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Samsung Q900R 8K QLED TV review: Breaking new ground again

By Ng Chong Seng - 31 Dec 2019
Launch SRP: S$16999


(Image: Samsung.)


Conclusion: Go big or go home

The Samsung Q900R QLED TV is an excellent TV. Its greatest strength is its extremely high brightness, which means the picture will look good whether you’re using it in a bright family room or in a dark man cave. And of course, if you watch a lot of HDR content, this increased brightness can only be a good thing as it enhances realism.

Like Samsung’s flagship QLED TVs in the past few years, the Q900R offers a class-leading local dimming performance. Coupled with the Ultra Viewing Angle tech that solves these TVs’ narrow viewing angle problem, this is the most OLED-like (in terms of black levels) Samsung TV I’ve tested to date.

Characterised by a very low input lag (which drops to as low as 6 - 7ms with 100/120Hz refresh rate), FreeSync/VRR support and excellent motion handling, the Q900R’s top-notch gaming performance also deserves a shout-out. It’s no high-end gaming monitor yet, but if Samsung keeps this up, I’ve no doubt that future QLED TVs will be spoken in the same breath as, say, an ASUS ROG gaming monitor. My only wish is that it supports NVIDIA G-Sync too. Samsung's (and other TV makers') push in this area will mean that Big Format Gaming Displays from NVIDIA and its partners are increasingly going to be a tough sell.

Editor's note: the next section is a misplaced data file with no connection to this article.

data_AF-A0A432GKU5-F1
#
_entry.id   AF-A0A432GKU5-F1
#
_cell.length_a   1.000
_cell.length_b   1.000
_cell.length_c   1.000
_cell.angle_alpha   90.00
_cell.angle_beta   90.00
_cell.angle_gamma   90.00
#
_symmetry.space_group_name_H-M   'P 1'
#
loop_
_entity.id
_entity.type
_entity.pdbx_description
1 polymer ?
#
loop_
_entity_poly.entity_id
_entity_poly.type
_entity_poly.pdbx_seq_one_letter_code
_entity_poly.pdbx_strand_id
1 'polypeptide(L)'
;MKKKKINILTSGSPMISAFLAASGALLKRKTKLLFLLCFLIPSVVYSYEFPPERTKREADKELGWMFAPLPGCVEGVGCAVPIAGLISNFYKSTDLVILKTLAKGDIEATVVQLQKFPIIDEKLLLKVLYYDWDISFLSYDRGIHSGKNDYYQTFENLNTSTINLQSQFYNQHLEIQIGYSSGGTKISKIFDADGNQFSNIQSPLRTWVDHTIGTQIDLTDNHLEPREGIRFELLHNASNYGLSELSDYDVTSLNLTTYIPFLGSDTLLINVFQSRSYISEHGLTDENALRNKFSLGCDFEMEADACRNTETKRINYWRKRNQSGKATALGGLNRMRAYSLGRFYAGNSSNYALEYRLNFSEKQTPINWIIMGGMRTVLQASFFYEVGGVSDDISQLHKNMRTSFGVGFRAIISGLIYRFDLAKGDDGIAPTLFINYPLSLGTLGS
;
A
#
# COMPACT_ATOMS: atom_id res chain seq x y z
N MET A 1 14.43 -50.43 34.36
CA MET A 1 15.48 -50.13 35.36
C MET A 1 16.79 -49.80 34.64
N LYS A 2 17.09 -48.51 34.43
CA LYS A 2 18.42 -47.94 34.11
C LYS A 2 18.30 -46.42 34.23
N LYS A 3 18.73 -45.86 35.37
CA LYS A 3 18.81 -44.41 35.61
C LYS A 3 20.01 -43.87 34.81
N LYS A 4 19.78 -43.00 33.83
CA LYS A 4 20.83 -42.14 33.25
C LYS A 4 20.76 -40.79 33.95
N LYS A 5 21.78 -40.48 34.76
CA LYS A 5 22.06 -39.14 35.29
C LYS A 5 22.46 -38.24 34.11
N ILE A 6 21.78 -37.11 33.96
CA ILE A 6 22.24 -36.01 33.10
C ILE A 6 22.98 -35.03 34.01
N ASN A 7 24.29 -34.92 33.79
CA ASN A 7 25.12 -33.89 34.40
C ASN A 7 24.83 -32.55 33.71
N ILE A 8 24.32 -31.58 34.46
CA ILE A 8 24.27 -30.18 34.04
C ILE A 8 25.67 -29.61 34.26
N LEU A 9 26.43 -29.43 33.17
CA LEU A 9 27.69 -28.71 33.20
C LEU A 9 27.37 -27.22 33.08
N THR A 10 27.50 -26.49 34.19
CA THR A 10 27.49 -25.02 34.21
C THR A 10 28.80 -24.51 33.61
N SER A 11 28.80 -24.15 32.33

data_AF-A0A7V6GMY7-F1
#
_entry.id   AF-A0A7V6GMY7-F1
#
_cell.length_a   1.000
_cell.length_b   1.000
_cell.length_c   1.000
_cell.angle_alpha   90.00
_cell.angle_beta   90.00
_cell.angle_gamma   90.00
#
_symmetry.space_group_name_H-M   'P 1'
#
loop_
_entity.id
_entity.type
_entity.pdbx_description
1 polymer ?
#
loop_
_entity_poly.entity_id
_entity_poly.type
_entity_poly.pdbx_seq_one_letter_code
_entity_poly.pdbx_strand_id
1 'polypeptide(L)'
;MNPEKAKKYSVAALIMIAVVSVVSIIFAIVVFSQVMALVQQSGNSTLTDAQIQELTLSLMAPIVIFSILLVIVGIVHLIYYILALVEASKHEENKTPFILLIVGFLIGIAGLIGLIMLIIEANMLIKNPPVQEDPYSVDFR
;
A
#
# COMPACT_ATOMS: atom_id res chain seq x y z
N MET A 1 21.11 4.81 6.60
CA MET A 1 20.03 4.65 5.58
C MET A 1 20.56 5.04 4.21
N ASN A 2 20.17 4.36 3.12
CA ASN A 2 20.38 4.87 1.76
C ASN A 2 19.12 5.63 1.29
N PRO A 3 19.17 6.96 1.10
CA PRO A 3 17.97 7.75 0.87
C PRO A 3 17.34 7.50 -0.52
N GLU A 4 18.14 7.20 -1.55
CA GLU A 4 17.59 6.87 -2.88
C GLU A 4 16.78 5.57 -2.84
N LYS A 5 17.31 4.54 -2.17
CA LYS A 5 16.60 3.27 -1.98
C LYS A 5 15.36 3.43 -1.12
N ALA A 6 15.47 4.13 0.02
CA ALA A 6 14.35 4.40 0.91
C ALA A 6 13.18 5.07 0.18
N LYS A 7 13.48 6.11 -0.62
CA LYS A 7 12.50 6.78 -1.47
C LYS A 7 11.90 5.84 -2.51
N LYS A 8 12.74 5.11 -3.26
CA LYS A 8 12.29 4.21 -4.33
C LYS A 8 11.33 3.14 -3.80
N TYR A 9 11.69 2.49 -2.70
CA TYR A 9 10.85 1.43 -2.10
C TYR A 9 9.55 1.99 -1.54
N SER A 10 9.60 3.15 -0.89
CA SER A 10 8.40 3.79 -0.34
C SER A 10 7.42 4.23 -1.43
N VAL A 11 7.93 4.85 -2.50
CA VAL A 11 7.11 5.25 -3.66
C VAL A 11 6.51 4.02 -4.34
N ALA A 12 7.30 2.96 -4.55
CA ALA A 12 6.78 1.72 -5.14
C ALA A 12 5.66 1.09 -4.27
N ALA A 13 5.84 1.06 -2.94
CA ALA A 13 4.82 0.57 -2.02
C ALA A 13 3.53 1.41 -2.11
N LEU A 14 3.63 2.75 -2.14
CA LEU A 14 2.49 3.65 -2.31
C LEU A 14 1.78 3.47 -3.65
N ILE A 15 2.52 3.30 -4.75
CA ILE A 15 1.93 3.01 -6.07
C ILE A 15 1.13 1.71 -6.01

Does the 8K resolution matter?

The Q900R is both Samsung’s first 8K TV and the first 8K TV to arrive in the market. Being first has its own set of pros and cons; and the most obvious pro I can think of is that the Q900R is arguably the best option for those who must buy the most premium, most future-proof big-screen TV today as it supports both 8K and HDMI 2.1.

But the caveat is obvious, too: true 8K content is as good as non-existent at the moment, which means if you have a Q900R, you’re pretty much only getting upscaled, 8K-like quality from existing 4K, HD and SD content. To be fair, the TV’s AI upscaling tech is pretty good — at the very least, I didn’t go yucks when it was upscaling Channel 8 HD. That, to me, is important because I don’t expect OTA (over-the-air) channels to jump to 4K transmission anytime soon (much less embrace 8K).

Additionally, it’s worth pointing out that the TV currently relies on an onboard database when doing the upscaling, and the algorithms are sort of like Samsung’s best guess on how 8K should look. According to a Samsung engineer I spoke to earlier this year, as true 8K content becomes more readily available, this database will grow and the company will be looking to improve its processing algorithms and push any improvements to its 8K TVs via firmware updates.

It’s also worth noting that while the Q900R supports HDMI 2.1, only one port on the One Connect box has it. Additionally, while this port can do high refresh rates at 4K (100/120Hz), without an HDMI 2.1 source, you will at best get 30Hz at 8K. That said, don’t see this as a knock against the Q900R — in the real world, PC gamers I’ve spoken to all said they will take 4K/120Hz over 8K/60Hz for practical reasons. The lack of HDMI eARC is kind of weird, especially when LG's and Sony's flagship TVs all have it. But whether this limitation matters depends on whether you intend to send lossless Dolby Atmos or DTS:X to a compatible A/V receiver or soundbar now or down the road.